won’t be distracted with other, non-patent cases on his docket. That level
of attention from a district judge during all stages of litigation is
exceedingly rare. Delaware, for example, heavily uses magistrates in
patent cases. Even the Eastern District of Texas relies on magistrates
to handle important motions and pre-trial hearings, including claim
For plaintiffs, choosing the Waco Division could not be simpler.
Plaintiffs simply select “Waco” from a drop-down menu of divisions on
the Western District’s electronic case filing system and—voila!—the
case is automatically assigned to Judge Albright.
The paper goes on to detail more and more and more crazy examples of just how blatant this all is — and why it’s so problematic. At a time when there is so much else going on, I recognize that this might not seem like a priority, but it’s insane. A judge is literally shopping for cases — cases in which he’s hardly an unbiased observer, having been a patent litigator before being appointed to the bench. As we’ve discussed at great length over the years, the closer judges are to patent lawyers, the more likely they are to support patent trolling, and not see the problems with overly broad patents, or patent trolls shaking down actual innovators.
The paper also details how Judge Albright’s practices aid patent trolls (which may explain why 85% of these patent cases filed in his court are from trolls). He pushes the cases to move faster, which puts much more pressure on companies to settle to avoid the expense of litigation. And, Judge Albright is much faster than even Judge Gilstrap, whose court in Marshall was regularly called the “rocket docket” for its speed in handling patent troll cases.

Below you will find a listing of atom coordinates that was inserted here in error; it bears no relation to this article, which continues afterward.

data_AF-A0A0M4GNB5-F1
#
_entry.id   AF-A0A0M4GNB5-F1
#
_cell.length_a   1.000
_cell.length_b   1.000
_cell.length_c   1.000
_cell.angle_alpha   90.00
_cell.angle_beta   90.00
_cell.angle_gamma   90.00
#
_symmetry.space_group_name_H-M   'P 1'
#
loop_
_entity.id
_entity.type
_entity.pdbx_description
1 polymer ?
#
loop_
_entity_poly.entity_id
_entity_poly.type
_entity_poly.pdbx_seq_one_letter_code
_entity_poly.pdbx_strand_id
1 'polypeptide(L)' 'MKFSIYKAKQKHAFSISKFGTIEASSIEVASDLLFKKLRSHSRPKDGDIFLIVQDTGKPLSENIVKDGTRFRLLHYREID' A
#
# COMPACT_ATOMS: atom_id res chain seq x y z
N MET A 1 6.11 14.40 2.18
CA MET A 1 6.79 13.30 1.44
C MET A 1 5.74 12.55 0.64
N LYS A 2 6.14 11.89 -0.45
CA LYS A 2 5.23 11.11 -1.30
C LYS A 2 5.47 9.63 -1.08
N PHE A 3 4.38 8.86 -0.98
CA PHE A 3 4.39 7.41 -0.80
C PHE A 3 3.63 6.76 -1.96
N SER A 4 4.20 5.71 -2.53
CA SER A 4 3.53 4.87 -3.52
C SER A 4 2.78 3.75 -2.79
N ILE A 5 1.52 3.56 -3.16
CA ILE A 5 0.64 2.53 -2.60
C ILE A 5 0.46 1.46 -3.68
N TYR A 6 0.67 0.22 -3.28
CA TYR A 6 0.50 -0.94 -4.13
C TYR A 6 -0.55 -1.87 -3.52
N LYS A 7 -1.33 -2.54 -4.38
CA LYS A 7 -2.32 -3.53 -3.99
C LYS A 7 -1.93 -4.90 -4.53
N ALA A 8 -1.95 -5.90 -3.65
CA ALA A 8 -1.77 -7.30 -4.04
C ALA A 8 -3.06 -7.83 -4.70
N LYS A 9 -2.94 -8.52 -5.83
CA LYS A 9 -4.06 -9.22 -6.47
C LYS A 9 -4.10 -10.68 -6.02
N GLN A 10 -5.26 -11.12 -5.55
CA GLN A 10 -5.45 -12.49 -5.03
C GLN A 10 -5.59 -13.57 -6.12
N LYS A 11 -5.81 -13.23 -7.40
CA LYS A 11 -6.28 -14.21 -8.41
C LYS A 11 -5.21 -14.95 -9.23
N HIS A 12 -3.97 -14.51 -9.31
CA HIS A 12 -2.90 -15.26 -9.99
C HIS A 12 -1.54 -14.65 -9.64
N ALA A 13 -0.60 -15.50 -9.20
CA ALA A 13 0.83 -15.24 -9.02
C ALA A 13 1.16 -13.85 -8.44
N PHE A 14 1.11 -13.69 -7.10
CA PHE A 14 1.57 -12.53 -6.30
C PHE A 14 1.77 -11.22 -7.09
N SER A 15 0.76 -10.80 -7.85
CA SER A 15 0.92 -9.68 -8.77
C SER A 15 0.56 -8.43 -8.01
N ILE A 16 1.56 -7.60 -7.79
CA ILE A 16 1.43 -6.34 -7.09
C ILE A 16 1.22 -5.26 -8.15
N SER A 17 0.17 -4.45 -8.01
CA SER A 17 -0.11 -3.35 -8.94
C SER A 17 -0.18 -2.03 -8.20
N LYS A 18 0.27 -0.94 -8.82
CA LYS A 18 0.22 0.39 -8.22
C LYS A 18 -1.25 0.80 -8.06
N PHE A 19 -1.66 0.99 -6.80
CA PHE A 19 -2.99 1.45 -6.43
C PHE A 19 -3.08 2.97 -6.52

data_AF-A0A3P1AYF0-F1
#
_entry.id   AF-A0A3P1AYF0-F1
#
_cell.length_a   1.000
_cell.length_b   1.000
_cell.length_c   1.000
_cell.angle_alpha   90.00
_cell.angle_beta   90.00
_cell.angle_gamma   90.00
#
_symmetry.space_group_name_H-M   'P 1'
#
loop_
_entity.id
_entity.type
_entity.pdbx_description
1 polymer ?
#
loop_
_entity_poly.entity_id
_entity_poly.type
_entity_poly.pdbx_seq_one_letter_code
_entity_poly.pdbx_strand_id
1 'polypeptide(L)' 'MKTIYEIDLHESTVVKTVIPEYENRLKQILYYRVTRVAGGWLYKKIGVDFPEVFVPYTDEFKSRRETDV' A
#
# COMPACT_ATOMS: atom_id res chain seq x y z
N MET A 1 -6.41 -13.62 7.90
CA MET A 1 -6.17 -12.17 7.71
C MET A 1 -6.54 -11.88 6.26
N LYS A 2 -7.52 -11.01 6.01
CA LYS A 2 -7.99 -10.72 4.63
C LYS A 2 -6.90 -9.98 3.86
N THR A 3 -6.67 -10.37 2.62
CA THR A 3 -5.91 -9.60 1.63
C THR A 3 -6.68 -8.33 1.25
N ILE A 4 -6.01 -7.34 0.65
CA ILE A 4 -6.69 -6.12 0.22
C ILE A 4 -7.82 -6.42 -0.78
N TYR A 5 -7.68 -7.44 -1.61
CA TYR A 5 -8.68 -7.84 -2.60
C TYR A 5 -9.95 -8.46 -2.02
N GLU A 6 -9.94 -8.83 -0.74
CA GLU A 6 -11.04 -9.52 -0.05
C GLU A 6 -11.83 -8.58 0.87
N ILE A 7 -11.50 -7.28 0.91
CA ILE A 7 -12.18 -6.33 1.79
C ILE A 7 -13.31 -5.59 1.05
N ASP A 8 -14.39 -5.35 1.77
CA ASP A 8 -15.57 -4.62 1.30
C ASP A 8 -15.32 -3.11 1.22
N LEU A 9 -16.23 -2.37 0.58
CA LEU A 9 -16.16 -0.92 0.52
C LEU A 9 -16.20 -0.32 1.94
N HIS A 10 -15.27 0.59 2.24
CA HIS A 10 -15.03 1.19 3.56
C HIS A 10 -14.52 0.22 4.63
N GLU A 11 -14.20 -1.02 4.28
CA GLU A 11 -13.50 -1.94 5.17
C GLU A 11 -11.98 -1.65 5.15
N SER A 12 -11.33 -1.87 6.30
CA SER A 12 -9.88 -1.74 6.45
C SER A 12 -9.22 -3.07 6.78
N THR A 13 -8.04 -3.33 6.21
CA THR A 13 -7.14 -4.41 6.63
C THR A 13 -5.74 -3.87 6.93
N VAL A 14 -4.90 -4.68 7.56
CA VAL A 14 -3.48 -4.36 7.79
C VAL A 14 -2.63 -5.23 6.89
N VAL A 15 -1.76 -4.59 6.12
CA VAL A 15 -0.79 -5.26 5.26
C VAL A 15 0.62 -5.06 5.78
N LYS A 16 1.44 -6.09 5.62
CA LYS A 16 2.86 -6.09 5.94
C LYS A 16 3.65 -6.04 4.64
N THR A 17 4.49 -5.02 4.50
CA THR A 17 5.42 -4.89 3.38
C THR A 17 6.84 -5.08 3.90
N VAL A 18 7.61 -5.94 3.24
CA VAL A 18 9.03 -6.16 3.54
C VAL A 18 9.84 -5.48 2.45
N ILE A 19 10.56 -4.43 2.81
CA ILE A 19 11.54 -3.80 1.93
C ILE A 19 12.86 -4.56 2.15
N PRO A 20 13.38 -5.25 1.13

And what about that TC Heartland decision that finally started pressuring Gilstrap in East Texas to transfer cases to their proper venue?
Since taking the bench, Judge Albright has likewise staunchly
refused to transfer cases out of the Western District. As of July 7, 2020,
he has decided thirteen motions seeking transfer away from the Western
District under § 1404(a); he has denied eleven. In fact, in a recent
order, Judge Albright effectively told Apple—which has been sued at
least ten times in cases assigned to Judge Albright and regularly seeks
to have those cases moved to the Northern District of California—to stop
filing transfer motions.
They do note that the Federal Circuit recently ordered Albright to transfer one of his cases, involving Adobe, and threw some shade at his current failure to regularly transfer cases. Hopefully that means it starts pushing back on him more often.
Again, there’s a lot more in the paper, and it’s all crazy that this is allowed in a federal court. Congress has many things on its plate, but it should do something to fix this jurisdiction selling by Judge Albright.
Filed Under: alan albright, austin, east texas, marshall, patent trolls, patents, rodney gilstrap, texas, tyler, waco, west texas